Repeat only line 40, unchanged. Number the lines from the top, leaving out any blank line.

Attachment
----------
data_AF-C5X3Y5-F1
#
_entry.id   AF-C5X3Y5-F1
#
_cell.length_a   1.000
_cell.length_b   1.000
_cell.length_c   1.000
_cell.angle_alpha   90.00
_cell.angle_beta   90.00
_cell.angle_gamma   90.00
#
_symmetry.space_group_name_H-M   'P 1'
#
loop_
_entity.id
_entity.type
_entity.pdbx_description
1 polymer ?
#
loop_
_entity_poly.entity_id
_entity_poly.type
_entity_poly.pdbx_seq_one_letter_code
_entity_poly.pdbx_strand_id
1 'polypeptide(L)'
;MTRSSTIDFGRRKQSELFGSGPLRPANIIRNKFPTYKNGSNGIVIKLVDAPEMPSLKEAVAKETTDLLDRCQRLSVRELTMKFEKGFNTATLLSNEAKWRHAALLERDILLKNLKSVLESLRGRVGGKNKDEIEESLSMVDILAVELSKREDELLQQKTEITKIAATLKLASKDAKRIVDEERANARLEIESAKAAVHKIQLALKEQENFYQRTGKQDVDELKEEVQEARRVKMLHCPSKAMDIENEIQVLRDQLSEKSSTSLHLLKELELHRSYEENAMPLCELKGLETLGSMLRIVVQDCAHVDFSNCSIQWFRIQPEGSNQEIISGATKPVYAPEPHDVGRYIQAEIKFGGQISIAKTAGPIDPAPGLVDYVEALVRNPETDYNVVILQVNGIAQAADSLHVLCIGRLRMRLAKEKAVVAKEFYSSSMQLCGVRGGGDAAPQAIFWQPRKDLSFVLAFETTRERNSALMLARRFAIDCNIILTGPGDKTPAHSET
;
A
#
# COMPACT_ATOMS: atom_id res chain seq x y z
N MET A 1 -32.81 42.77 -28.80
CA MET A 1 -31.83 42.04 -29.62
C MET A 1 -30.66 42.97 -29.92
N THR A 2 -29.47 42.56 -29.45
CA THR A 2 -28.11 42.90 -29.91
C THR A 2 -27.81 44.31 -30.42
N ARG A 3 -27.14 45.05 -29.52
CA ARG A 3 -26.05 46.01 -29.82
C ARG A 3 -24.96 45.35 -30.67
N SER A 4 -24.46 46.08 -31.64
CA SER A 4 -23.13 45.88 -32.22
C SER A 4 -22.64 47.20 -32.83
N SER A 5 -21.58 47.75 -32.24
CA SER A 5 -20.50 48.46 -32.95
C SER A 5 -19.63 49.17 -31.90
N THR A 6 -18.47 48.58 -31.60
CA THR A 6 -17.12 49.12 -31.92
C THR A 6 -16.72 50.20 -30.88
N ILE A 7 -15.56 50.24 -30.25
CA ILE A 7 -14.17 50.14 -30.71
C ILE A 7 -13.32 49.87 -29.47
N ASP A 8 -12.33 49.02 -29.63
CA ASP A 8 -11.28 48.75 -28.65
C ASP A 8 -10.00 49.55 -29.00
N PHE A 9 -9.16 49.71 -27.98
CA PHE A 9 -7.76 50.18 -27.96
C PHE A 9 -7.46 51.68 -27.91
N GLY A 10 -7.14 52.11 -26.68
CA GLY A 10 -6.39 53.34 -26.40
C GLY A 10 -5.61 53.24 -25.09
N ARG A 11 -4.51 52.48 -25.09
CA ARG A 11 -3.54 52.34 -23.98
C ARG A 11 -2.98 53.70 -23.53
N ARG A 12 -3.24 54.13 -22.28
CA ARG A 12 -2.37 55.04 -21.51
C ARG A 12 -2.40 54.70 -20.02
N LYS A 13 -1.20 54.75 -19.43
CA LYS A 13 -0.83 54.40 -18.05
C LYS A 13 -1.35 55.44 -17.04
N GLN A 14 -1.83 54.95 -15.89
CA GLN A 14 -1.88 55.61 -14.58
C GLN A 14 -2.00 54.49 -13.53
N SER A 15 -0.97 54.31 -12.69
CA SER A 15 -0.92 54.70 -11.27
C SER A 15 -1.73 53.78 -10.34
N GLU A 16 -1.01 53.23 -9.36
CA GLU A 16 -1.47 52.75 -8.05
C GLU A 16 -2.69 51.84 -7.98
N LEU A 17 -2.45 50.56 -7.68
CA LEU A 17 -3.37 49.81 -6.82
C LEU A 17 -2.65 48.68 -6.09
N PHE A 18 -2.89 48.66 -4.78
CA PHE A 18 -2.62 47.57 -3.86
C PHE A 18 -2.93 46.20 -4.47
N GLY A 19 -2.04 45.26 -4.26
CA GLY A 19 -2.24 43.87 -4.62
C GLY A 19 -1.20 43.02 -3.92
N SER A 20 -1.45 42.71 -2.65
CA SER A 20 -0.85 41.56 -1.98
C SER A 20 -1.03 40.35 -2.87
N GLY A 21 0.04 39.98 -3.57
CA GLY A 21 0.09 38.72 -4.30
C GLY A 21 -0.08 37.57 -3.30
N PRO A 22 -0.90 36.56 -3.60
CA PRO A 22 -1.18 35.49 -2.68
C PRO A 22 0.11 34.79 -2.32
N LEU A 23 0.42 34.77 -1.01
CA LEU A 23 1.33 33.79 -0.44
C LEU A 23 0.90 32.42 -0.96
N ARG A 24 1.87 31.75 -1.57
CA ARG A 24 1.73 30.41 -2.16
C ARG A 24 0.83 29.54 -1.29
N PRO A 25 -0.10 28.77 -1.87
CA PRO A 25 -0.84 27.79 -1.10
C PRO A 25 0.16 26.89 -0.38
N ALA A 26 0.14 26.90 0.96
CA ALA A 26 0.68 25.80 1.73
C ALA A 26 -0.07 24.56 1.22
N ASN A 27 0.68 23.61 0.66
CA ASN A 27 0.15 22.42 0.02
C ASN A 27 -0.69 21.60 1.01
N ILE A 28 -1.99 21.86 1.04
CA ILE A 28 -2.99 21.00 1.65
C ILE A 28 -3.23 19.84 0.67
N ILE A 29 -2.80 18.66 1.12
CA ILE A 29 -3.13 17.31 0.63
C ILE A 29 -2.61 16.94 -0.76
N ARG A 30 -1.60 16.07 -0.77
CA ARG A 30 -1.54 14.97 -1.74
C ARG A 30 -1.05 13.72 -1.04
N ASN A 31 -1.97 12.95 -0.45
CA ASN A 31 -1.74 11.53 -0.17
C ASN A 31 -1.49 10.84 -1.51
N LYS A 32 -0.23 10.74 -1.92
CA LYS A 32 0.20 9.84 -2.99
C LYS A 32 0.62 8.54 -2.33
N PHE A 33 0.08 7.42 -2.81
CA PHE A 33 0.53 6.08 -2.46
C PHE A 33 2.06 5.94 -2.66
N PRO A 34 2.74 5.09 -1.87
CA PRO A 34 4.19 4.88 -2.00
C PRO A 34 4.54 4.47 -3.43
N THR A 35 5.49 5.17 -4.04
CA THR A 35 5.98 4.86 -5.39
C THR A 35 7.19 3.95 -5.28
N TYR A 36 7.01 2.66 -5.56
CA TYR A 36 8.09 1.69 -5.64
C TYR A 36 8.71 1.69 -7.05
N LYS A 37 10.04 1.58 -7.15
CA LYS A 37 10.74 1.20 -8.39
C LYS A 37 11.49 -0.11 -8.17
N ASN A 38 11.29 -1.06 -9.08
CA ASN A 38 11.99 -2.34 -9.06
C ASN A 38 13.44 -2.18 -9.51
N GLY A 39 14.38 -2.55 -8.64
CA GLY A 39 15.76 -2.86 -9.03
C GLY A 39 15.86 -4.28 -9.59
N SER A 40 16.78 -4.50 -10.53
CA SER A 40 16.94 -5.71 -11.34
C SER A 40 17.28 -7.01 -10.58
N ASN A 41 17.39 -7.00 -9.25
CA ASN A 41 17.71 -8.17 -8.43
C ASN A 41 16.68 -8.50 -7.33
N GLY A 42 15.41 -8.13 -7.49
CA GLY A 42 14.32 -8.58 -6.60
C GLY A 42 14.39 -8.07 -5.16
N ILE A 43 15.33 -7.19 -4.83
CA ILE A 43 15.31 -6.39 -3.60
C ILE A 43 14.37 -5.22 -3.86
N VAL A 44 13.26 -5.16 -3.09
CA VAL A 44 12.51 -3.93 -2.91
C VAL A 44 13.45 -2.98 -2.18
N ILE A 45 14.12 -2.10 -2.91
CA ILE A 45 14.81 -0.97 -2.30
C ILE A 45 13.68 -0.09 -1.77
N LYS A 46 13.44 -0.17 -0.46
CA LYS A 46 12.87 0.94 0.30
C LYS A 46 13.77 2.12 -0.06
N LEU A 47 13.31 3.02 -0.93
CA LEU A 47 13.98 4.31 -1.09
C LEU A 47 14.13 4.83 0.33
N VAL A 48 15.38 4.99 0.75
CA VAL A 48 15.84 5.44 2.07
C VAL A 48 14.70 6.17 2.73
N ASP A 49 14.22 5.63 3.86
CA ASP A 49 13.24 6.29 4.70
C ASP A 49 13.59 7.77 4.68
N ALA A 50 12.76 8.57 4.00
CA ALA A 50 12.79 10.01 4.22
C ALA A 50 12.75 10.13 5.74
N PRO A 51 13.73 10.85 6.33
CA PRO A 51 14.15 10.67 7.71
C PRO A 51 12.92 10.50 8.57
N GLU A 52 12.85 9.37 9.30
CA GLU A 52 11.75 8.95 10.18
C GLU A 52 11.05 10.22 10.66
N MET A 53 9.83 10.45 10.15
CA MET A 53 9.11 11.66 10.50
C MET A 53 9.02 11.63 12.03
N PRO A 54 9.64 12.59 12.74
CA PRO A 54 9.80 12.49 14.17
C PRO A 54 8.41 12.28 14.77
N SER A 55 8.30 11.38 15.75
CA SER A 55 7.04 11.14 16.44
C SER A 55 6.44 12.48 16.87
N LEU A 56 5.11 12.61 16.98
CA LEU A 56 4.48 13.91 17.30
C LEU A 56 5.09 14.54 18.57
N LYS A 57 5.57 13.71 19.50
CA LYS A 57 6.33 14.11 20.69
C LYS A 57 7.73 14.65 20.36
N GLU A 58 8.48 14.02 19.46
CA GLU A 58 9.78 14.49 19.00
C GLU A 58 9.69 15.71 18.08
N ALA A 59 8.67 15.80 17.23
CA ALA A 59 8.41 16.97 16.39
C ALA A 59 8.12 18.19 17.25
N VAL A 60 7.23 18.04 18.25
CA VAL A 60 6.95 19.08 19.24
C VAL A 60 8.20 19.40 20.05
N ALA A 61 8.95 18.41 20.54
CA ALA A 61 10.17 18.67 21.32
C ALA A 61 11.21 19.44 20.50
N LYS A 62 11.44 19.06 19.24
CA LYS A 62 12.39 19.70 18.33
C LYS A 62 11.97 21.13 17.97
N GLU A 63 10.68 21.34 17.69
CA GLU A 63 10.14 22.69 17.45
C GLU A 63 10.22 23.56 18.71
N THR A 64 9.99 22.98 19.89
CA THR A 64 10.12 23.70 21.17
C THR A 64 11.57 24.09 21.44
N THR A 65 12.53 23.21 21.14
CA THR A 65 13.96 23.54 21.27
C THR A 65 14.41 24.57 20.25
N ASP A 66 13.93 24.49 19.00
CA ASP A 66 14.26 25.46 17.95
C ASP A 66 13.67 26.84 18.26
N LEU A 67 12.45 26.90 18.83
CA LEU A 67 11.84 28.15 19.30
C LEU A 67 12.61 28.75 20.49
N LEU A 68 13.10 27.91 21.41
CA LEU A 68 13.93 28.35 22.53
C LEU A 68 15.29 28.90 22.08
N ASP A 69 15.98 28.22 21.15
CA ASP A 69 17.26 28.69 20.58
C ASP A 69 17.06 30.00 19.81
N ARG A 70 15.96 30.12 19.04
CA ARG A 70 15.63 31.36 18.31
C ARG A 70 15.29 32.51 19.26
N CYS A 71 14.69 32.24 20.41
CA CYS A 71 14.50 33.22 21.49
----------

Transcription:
N SER A 4 -24.46 46.08 -31.64